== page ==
Sometimes I grab myself (metaphorically speaking) or turn to my wife (literally) and say: “What the hell were we thinking?” or “What the hell was I thinking?”
This can be about many things. Sometimes about something as seemingly simple and harmless as giving Sam a medium sized glass of juice or water shortly before bedtime, or something as big and life-changing as a second kid or writing another damn novel.
The hardest part is finding the balance, for me. I’m good at being the solitary pre-dawn writer, the doting father, the homemaker, the husband, the not-quite-burly and taciturn dockworker, the boozy raconteur…
Some of those aspects fit well with others. The hardest part is finding the balance.
Right now finding the quiet within to edit, truly fine-tooth comb edit, the first chapter of the “mostly ready” novel in order to enter a contest (thanks, Nova) and to further move along the whole “soliciting an Agent” phase of my career- well, that is the bitch of the bunch.
Sam and Bettie will be heading down South in just over a week for an extended house-sit/vacation, and I am eagerly anticipating the potential quiet time to edit within.
Oh, and a nice bit: my father read my novel. I know, my parents expressed interest in reading it and I was all: “Okay!”
Like that didn’t make me overly nervous.
He liked it a lot. My mother read it too- but I didn’t expect her to really “get” it. Try and picture a Shelley Duvall or Jane Lynch or Mary Tyler Moore kind of obliviousness. I’m thrilled my mother read it, and more or less enjoyed it, but she is entirely the wrong audience. My father is a bit more accurate as a potential audience for the story. His notes were great, purely a readers notes, and each one resonated with concerns I had for the various areas. But more than suggestions, he had questions for a few things- not questions that made me realize I’d written something badly, but questions that made me realize the world and its characters had sunk their hooks into him and he wanted to know more…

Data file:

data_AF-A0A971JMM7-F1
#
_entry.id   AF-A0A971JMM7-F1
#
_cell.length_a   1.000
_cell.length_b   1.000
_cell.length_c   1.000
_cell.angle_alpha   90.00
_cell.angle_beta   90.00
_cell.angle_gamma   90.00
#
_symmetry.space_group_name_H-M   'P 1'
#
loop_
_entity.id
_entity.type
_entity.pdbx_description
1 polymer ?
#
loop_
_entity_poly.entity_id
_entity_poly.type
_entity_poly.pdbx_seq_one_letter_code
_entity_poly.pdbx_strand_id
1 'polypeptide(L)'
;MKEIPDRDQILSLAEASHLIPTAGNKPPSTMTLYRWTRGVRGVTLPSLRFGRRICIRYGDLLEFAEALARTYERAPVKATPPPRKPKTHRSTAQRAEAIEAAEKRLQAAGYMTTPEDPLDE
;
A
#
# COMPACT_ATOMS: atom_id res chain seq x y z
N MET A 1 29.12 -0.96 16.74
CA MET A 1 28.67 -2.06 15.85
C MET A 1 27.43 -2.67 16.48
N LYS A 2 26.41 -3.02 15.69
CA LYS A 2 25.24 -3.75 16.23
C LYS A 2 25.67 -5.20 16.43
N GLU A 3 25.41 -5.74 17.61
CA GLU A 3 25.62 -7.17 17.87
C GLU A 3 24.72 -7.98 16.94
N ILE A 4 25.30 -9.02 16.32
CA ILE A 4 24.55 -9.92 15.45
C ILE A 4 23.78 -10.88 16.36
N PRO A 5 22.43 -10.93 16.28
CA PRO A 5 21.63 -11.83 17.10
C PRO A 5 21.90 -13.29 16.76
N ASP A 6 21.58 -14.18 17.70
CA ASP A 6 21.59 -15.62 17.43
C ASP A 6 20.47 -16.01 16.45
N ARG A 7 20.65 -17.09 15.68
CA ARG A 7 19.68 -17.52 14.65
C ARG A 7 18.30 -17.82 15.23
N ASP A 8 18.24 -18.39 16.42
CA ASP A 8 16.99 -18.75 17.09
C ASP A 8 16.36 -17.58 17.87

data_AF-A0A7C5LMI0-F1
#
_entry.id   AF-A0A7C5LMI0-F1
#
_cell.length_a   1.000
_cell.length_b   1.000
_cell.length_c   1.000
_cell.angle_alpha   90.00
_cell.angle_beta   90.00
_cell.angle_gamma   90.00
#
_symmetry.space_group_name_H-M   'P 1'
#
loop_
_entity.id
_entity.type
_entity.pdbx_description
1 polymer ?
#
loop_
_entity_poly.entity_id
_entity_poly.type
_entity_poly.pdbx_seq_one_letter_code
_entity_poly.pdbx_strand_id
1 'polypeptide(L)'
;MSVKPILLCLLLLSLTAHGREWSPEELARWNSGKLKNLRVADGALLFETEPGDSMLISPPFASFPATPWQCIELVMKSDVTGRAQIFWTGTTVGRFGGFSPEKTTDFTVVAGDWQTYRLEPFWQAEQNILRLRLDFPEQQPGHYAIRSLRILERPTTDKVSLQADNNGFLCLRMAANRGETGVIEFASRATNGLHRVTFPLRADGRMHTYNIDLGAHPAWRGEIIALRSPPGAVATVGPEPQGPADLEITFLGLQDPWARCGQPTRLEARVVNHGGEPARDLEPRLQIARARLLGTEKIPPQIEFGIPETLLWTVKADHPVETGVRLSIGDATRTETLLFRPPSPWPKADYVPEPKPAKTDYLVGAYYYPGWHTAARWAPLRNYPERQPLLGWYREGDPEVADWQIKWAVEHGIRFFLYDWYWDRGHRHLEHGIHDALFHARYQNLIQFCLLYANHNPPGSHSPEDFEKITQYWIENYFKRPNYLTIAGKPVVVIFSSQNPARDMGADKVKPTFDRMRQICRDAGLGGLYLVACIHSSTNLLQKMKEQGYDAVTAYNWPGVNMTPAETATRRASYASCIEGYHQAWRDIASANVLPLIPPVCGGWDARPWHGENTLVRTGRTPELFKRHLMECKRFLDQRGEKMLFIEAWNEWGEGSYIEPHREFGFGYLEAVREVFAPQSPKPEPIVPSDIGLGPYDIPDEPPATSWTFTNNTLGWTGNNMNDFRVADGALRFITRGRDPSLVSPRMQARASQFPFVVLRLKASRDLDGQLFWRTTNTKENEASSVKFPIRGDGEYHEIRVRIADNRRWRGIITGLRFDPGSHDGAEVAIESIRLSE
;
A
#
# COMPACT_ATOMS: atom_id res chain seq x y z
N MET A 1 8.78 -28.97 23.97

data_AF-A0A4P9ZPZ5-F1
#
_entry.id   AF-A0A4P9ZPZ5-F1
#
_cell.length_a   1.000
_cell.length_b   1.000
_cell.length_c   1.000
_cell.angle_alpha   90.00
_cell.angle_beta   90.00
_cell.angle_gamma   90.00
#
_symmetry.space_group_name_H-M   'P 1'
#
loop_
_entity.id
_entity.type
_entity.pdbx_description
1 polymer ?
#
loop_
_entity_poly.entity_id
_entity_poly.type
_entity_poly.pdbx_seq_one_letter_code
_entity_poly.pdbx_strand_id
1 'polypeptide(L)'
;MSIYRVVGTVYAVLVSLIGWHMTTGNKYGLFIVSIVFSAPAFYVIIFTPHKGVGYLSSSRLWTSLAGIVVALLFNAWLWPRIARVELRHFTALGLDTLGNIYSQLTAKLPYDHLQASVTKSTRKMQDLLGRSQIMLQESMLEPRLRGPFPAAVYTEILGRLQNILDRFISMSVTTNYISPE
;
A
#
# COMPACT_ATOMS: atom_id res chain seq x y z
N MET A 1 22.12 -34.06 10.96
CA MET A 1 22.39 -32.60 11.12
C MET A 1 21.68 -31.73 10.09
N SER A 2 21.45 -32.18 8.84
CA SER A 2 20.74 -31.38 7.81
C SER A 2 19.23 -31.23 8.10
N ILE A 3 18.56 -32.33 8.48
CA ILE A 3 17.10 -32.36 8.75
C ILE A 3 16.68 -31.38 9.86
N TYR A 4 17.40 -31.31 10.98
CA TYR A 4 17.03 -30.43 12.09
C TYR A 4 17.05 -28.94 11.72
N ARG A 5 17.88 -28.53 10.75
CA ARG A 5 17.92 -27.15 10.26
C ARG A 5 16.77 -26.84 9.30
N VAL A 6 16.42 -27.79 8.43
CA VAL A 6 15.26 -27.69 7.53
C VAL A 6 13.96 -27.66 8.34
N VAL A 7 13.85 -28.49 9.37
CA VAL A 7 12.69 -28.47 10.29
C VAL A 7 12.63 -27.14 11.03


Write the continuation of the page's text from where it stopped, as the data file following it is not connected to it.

Hooks that I crafted, hooks that I made. That is a pretty exciting feeling.
“The characters are great, I want to spend time with these characters- even the bad guys, and some of them are truly horrible people, or not-people, but I liked them anyways, I enjoyed them,” he said.
I’m no wordsmith. At best, my writing is passable. I’m okay with that. But if the characters sing, and the world is fascinating and the story leaves you hungry for more… well shit, I did my job. And that is better than good.
This has little to do with the frustration of the Edit, which I am horrible at, conflicting with playing with my son or hanging out with my wife. But it was a real high point, a real shining moment.
The little moments help a lot.